After a faculty or student inventor hands over their “baby” to the TTO, there are many factors that can affect commercial viability – but often these innovations either move forward or die on the vine without getting a systematic vetting that helps the most promising technologies move forward and prevents precious budget dollars from being expended on losing propositions. At the same time, faculty are too often left out of this vetting in two critical ways – they don’t get information up front on how they can guide their innovations with commercialization criteria in mind, and they don’t get feedback from tech assessments that could be valuable in furthering the technology’s commercial usefulness and marketability.
Is the technology patentable? Is it marketable? Is it licensable or suitable for a spin-out company? Is it in a highly competitive market, and if so what are its unique advantages? These are questions that innovators should be aware of and working hand-in-hand with the TTO on answering. Not only does such interaction improve faculty relationships, it ultimately improves the innovations themselves and the TTO’s market knowledge so their decisions are better informed — and then better communicated back to faculty.
The bottom line result is an objective and thorough analysis at every stage of a technology’s development. This allows limited resources to be focused properly on winning technologies, while avoiding expense for innovations that don’t have a clear path to the marketplace.
If this all sounds theoretical to you, it’s not. This describes very briefly what the “Need to Knowledge” (NtK) Stage Gate Model is all about, and we invited one of the foremost experts on NtK to share his expertise with you in this thought-provoking and detailed webinar:
The “Need to Knowledge” Stage Gate Model for Objective Assessment and Efficient Advancement of University Innovations
NtK identifies unmet needs that lead to a technology’s stepwise progression in research discovery, prototype development, and product innovation. Encompassing all activities from inception through post-launch evaluation, the model paints a complete picture of the research, development, and production processes. It also offers step-by-step decision points and guidance regarding what actions should be considered throughout the life cycle of a project.
Please join Joseph Lane, MBPA, from the University at Buffalo, who will walk you through this proven model and give you actionable takeaways so you can put it into practice to help advance your most promising innovations while objectively allocating your limited resources.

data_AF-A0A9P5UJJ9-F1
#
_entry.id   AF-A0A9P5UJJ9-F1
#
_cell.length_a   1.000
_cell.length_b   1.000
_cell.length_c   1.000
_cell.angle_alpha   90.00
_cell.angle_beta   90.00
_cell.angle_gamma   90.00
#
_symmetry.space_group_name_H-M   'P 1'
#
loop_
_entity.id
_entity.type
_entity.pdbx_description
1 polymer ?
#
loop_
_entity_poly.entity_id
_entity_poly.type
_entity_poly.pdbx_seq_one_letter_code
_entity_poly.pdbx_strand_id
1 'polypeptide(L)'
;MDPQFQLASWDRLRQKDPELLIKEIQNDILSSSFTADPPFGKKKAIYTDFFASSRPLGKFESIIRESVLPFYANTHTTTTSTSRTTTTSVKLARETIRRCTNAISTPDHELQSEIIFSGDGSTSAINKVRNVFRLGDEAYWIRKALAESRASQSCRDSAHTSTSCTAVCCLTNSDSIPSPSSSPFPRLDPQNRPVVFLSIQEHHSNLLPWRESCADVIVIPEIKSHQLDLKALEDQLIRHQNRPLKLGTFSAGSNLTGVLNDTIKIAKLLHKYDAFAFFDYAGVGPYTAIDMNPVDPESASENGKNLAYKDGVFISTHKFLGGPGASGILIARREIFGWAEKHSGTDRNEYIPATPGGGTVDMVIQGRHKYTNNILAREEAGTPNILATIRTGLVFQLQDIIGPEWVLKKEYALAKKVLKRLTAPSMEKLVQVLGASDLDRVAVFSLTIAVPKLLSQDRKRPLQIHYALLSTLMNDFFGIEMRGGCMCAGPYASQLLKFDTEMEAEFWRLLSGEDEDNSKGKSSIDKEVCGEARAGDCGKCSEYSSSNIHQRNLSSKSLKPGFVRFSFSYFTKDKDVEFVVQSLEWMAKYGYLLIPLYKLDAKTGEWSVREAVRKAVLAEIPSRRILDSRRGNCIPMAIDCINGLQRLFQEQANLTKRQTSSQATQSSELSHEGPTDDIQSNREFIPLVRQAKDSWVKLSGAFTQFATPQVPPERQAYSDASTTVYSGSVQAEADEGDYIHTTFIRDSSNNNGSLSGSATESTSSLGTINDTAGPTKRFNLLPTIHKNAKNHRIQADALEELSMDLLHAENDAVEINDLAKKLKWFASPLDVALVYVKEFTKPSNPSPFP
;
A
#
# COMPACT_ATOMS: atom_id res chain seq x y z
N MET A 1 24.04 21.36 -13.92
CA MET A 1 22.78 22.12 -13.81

Here’s a quick review of the agenda:
- Gain a deep understanding of Need to Knowledge be reviewing:
- How and why was the model created
- Essential principles of Need to Knowledge
- What makes up each stage gate
- Addressing the three phases of commercialization: Discovery, Invention, Innovation
- Who the main players should be for each phase and stage gate
- Tips for educating innovators on the process
- How the model works to tailor implementation plans for technology
- Benefits to stakeholders
- Examples of success stories
- Advice on how to incorporate this model into your current disclosure triage procedures
- Review of various Need to Knowledge models
PLUS! Hear the recording of the original Q&A portion of the program.
Your faculty presenter:
Joseph P. Lane, MBPA
Director, Center for Assistive Technology
University at Buffalo
The State University of New York
Joe explores the related processes of knowledge translation (KT), technology transfer (TT), and commercial transactions (CT) in the context of technology-based innovation. For the past 25 years he has led projects that applied supply push, demand pull and corporate collaboration strategies to broker the market launch of over fifty new commercial products. At the same time, he contributed to understanding the underlying mechanisms through many peer-reviewed publications and conference presentations. These published findings are integrated with the relevant global literature within the Need to Knowledge (NtK) Model, as an evidence-based and operational framework for linking the 3 methodologies of scientific research, engineering development and industrial production. His primary conclusion is that each methodology is purposely designed to generate a different state of knowledge: conceptual discovery, prototype invention, and commercial innovation, respectively. All of this work is grounded within a series of national centers, funded by the U.S. Department of Education and the U.S. Department of Health and Human Services, conducted through an organized research unit, the Center for Assistive Technology within the School of Public Health & Health Professions, University at Buffalo, New York.